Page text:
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The Caribbean Monk Seal is Now Extinct

Caribbean monk seal becomes extinct - Yahoo! News

HONOLULU - Federal officials have confirmed what biologists have long thought: The Caribbean monk seal has gone the way of the dodo.

Humans hunting the docile creatures for research, food and blubber left the population unsustainable, say biologists who warn that Hawaiian and Mediterranean monk seals could be the next to go.

The last confirmed sighting of a Caribbean monk seal was in 1952 between Jamaica and Mexico's Yucatan Peninsula. The National Oceanic Atmospheric Administration's Fisheries Service confirmed Friday that the species is extinct.

June 05, 2008

Doctor encourages bathing your cockhead in mild acid to prevent HIV

Rubbing estrogen on penis-tip prevents HIV transmission? - Boing Boing

Dr Andrew Pask from the Department of Zoology at the University of Melbourne analysed the tissue samples from 12 foreskins and made the discovery.

“This suggested that oestrogen could induce a thickening of the keratin layer of the foreskin epidermis in the same way as it acts in the vagina,” said Dr Pask.

“Keratin on our skin acts a barrier to viral infection. We hope to be able to enhance this protection with the use of a naturally occurring, weak oestrogen,” said Professor Roger Short of the Faculty of Medicine, Dentistry and Health Sciences who lead the research.

To confirm its effect, topical oestrogen was applied to the human foreskin for a two week trial. This resulted in a rapid and substantial increase in keratin thickness.

June 03, 2008

Warren Ellis on colonizing Mars

Warren Ellis -- Bending Mars

Is putting humans on Mars important? Yes. Humans need land to live on, and, in a dynamic environment, they need land to move to. Closed systems are bad because they remove options. A single planet is a closed system. And the thing about land is, as a history teacher of mine used to say, they don’t make it anymore.

Put aside the grim meathook future of our coming environmental doom for a moment. What if something drops on us? What if some natural freak event like a sequence of volcanic incidents drops us into faux-nuclear winter? We’ve come close to that before, in the 1880’s. What if something no-one ever thought of happens to make human life no longer viable on this planet? Do we just shrug and say fuckit?

I believe that exploration is necessary to the human spirit. But even if you don’t share that particular delusion, I think most people would agree that any kind of extinction is bad. Except maybe for dogs.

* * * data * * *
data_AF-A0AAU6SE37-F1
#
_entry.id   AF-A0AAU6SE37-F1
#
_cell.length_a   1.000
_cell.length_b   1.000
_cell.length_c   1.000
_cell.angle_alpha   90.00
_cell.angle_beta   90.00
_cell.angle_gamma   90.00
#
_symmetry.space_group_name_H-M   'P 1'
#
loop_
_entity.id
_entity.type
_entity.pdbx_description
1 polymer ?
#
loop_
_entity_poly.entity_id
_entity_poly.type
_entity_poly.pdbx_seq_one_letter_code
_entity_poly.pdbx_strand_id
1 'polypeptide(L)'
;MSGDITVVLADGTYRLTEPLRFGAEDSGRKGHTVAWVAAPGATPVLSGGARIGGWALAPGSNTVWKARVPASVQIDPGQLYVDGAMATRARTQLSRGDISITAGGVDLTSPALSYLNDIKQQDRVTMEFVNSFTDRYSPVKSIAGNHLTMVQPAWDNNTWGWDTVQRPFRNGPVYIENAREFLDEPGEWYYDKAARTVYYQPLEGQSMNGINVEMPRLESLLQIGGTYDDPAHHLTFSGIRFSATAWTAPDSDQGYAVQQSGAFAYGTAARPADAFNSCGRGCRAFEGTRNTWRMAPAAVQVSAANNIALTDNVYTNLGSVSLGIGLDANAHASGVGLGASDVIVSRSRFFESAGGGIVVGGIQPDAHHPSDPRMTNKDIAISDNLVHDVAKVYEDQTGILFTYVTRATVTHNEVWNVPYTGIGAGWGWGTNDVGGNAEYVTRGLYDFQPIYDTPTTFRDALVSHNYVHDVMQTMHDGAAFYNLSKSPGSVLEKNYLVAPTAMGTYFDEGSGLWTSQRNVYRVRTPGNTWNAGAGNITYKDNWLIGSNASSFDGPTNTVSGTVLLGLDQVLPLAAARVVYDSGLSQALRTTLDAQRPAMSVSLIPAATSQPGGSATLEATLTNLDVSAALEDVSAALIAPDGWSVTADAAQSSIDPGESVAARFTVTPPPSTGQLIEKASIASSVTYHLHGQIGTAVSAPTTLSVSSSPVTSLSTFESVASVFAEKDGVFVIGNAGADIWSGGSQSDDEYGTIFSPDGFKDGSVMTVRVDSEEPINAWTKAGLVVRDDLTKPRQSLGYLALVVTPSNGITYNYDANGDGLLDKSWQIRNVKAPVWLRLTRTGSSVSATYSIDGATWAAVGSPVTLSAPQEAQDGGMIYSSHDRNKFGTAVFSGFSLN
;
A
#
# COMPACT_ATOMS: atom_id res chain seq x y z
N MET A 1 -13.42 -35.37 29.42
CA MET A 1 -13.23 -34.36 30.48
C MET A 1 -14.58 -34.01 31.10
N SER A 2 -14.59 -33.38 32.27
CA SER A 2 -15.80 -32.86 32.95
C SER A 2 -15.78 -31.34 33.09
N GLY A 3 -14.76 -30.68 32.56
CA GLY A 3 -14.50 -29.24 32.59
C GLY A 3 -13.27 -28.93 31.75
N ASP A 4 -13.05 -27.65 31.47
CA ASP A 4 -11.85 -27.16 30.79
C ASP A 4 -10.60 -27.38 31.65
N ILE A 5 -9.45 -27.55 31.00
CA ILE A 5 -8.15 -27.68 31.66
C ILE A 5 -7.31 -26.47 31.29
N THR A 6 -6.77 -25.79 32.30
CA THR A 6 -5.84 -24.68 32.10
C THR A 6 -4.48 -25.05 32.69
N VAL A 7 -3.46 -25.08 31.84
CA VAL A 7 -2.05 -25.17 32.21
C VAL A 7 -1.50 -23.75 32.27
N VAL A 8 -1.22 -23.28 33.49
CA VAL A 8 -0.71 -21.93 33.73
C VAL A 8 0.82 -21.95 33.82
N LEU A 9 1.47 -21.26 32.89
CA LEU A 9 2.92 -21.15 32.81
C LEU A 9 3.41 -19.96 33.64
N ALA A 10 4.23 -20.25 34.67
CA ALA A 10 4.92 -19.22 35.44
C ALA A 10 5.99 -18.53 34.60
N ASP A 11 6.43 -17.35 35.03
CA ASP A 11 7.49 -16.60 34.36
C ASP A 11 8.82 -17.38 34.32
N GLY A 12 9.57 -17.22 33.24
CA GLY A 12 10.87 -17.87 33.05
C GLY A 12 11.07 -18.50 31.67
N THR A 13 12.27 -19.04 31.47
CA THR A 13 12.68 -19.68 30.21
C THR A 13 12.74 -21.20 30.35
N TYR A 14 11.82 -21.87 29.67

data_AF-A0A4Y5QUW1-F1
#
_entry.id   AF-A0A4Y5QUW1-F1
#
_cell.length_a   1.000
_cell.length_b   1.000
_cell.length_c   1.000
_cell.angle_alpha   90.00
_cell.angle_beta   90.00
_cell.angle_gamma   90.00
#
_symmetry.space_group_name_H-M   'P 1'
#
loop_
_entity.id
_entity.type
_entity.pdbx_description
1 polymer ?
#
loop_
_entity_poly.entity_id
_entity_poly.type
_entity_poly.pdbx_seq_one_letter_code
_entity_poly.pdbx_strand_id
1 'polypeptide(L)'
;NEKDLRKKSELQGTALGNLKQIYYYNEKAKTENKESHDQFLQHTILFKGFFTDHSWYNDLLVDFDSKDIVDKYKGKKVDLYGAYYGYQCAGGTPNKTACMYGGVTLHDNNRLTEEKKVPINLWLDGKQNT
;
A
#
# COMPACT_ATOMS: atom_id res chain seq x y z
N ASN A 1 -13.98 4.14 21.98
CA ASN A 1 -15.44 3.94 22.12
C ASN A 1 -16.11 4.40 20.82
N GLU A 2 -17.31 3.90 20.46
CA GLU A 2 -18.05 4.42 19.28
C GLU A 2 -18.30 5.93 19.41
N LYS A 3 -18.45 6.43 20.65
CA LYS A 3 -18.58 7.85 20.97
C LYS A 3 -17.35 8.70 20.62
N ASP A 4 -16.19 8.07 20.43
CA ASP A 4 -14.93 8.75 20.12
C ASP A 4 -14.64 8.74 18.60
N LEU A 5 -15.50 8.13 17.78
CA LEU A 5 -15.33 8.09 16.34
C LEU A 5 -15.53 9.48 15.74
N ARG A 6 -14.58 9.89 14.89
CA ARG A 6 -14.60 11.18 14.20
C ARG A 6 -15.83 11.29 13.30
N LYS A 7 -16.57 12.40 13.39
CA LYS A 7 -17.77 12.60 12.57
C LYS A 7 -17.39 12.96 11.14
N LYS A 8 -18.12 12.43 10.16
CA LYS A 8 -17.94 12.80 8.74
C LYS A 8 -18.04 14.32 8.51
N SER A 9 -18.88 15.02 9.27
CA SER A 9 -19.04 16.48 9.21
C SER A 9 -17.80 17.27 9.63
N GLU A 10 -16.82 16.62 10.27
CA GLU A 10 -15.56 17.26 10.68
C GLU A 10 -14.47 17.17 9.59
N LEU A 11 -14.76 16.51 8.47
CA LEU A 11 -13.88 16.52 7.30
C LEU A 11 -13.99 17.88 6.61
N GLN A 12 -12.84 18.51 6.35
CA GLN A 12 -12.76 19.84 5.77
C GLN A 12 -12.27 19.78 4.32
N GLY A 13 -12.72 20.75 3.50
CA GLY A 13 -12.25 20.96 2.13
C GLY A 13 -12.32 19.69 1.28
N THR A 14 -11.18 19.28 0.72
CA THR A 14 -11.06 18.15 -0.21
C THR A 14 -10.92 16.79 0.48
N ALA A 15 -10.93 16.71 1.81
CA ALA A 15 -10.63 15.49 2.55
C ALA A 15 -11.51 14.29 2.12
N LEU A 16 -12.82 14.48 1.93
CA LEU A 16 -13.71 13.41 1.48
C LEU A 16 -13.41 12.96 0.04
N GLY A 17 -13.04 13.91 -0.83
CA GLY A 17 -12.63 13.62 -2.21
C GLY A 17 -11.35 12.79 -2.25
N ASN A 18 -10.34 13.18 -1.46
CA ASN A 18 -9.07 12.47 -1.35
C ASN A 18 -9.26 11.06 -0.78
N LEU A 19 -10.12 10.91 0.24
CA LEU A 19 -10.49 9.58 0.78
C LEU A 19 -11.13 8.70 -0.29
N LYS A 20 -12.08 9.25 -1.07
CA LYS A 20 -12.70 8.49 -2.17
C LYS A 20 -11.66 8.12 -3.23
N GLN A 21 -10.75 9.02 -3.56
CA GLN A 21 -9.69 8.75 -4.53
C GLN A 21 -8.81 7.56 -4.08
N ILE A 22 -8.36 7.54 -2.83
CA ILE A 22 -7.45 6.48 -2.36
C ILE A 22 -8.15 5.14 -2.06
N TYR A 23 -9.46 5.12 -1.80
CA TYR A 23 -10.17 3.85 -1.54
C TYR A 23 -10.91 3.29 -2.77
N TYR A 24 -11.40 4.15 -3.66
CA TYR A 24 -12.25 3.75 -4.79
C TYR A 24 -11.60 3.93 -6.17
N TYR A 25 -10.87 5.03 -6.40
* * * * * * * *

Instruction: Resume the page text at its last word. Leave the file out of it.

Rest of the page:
Mars is the best local option for setting up a colony and, eventually, a second life for humanity. It’s a bit of a crap option: no magnetic field to speak of, cold as hell, and currently no guarantees of usable water. But Venus is a shithole, Mercury’s a suicide trip and the Jovian system is a radiation trap. Forget everything you heard about asteroid habitats, it’s bullshit. Right now, it’s Mars or an extrasolar planet, and an exoplanet is going to stay out of our reach, barring a dramatic breakthrough in propulsion engineering, for at least fifty years.

June 02, 2008

Liquid mirror telescopes see into deep space with the power of awesome

Liquid-mirror telescopes are a reality at last - space - 02 June 2008 - New Scientist Space

Why waste good money on a fiendishly expensive glass mirror for a huge telescope, when you can have a cheaper, flawless mirror simply by spinning a pool of mercury?

The idea of a liquid mirror is an old one, and some experimental liquid-mirror telescopes have been built. But the potential of the concept for astronomy is only now reaching fruition. The world's first dedicated astronomical observatory with a liquid-mirror telescope at a top-class observing site is expected to come online in 2009.

May 31, 2008

Ice discovered on Mars

Mars lander discovers ice, scientists say

(05-31) 15:26 PDT SAN FRANCISCO -- Elated scientists probing the arctic surface of Mars with their newly-landed Phoenix spacecraft said Saturday they are convinced they have found a bright and shiny layer of real ice only inches beneath the Martian soil and directly under the body of the lander itself.

"It's the consensus of all of us that we have found ice," said Peter Smith of the University of Arizona in Tucson as he talked to reporters in a conference call only six days after Phoenix landed safely from Earth. "It's shiny and smooth -- it's absolutely astounding!"

But Smith did add a note of scientific caution: "It's not impossible that it's something else," he conceded, "but our leading interpretation is ice. We are looking at an extended table of ice."

May 30, 2008

Girls just as good as boys at math

Wonderland: Girls and boys equally good at maths

Boys are not innately better at maths than girls, and any difference in test scores is due to nurture rather than nature, researchers suggested today.

According to new research published in the journal Science, the "gender gap" in maths, long perceived to exist between girls and boys, disappears in societies that treat both sexes equally. When girls have equal access to education and other opportunities they do just as well as boys in maths tests.